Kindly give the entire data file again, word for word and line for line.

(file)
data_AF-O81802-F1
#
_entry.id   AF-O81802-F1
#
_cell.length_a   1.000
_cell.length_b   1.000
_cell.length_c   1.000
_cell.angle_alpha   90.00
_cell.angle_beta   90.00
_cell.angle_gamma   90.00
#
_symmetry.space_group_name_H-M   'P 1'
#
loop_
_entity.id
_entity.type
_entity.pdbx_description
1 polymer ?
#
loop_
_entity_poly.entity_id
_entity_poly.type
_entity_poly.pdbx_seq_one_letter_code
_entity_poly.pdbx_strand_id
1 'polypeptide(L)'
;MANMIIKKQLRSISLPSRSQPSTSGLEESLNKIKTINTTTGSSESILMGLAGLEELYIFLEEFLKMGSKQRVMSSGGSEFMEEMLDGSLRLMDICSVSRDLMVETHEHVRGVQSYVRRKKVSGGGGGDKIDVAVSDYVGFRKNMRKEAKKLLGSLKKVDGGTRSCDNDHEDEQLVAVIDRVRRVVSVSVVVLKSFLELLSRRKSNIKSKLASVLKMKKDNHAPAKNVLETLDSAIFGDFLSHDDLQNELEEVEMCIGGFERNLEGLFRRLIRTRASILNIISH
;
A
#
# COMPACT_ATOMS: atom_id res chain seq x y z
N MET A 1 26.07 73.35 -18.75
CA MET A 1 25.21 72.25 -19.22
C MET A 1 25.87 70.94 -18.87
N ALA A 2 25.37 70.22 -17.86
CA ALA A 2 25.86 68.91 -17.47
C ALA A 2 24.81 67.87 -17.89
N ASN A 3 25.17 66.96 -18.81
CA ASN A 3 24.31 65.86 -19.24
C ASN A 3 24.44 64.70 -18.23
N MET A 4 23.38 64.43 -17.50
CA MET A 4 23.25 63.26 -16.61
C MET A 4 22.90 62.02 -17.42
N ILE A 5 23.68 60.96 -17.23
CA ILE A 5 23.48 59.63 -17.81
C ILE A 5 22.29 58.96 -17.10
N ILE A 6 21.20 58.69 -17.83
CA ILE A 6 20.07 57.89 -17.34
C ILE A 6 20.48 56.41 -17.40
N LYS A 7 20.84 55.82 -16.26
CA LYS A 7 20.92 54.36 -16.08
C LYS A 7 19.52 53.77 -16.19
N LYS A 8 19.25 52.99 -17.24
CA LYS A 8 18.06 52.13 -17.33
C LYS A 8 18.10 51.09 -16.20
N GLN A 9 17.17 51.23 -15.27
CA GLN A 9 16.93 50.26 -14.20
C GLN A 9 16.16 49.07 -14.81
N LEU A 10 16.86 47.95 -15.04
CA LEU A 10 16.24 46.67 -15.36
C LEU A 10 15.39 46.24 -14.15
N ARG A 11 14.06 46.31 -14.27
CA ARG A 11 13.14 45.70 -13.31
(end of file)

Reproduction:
data_AF-O81802-F1
#
_entry.id   AF-O81802-F1
#
_cell.length_a   1.000
_cell.length_b   1.000
_cell.length_c   1.000
_cell.angle_alpha   90.00
_cell.angle_beta   90.00
_cell.angle_gamma   90.00
#
_symmetry.space_group_name_H-M   'P 1'
#
loop_
_entity.id
_entity.type
_entity.pdbx_description
1 polymer ?
#
loop_
_entity_poly.entity_id
_entity_poly.type
_entity_poly.pdbx_seq_one_letter_code
_entity_poly.pdbx_strand_id
1 'polypeptide(L)'
;MANMIIKKQLRSISLPSRSQPSTSGLEESLNKIKTINTTTGSSESILMGLAGLEELYIFLEEFLKMGSKQRVMSSGGSEFMEEMLDGSLRLMDICSVSRDLMVETHEHVRGVQSYVRRKKVSGGGGGDKIDVAVSDYVGFRKNMRKEAKKLLGSLKKVDGGTRSCDNDHEDEQLVAVIDRVRRVVSVSVVVLKSFLELLSRRKSNIKSKLASVLKMKKDNHAPAKNVLETLDSAIFGDFLSHDDLQNELEEVEMCIGGFERNLEGLFRRLIRTRASILNIISH
;
A
#
# COMPACT_ATOMS: atom_id res chain seq x y z
N MET A 1 26.07 73.35 -18.75
CA MET A 1 25.21 72.25 -19.22
C MET A 1 25.87 70.94 -18.87
N ALA A 2 25.37 70.22 -17.86
CA ALA A 2 25.86 68.91 -17.47
C ALA A 2 24.81 67.87 -17.89
N ASN A 3 25.17 66.96 -18.81
CA ASN A 3 24.31 65.86 -19.24
C ASN A 3 24.44 64.70 -18.23
N MET A 4 23.38 64.43 -17.50
CA MET A 4 23.25 63.26 -16.61
C MET A 4 22.90 62.02 -17.42
N ILE A 5 23.68 60.96 -17.23
CA ILE A 5 23.48 59.63 -17.81
C ILE A 5 22.29 58.96 -17.10
N ILE A 6 21.20 58.69 -17.83
CA ILE A 6 20.07 57.89 -17.34
C ILE A 6 20.48 56.41 -17.40
N LYS A 7 20.84 55.82 -16.26
CA LYS A 7 20.92 54.36 -16.08
C LYS A 7 19.52 53.77 -16.19
N LYS A 8 19.25 52.99 -17.24
CA LYS A 8 18.06 52.13 -17.33
C LYS A 8 18.10 51.09 -16.20
N GLN A 9 17.17 51.23 -15.27
CA GLN A 9 16.93 50.26 -14.20
C GLN A 9 16.16 49.07 -14.81
N LEU A 10 16.86 47.95 -15.04
CA LEU A 10 16.24 46.67 -15.36
C LEU A 10 15.39 46.24 -14.15
N ARG A 11 14.06 46.31 -14.27
CA ARG A 11 13.14 45.70 -13.31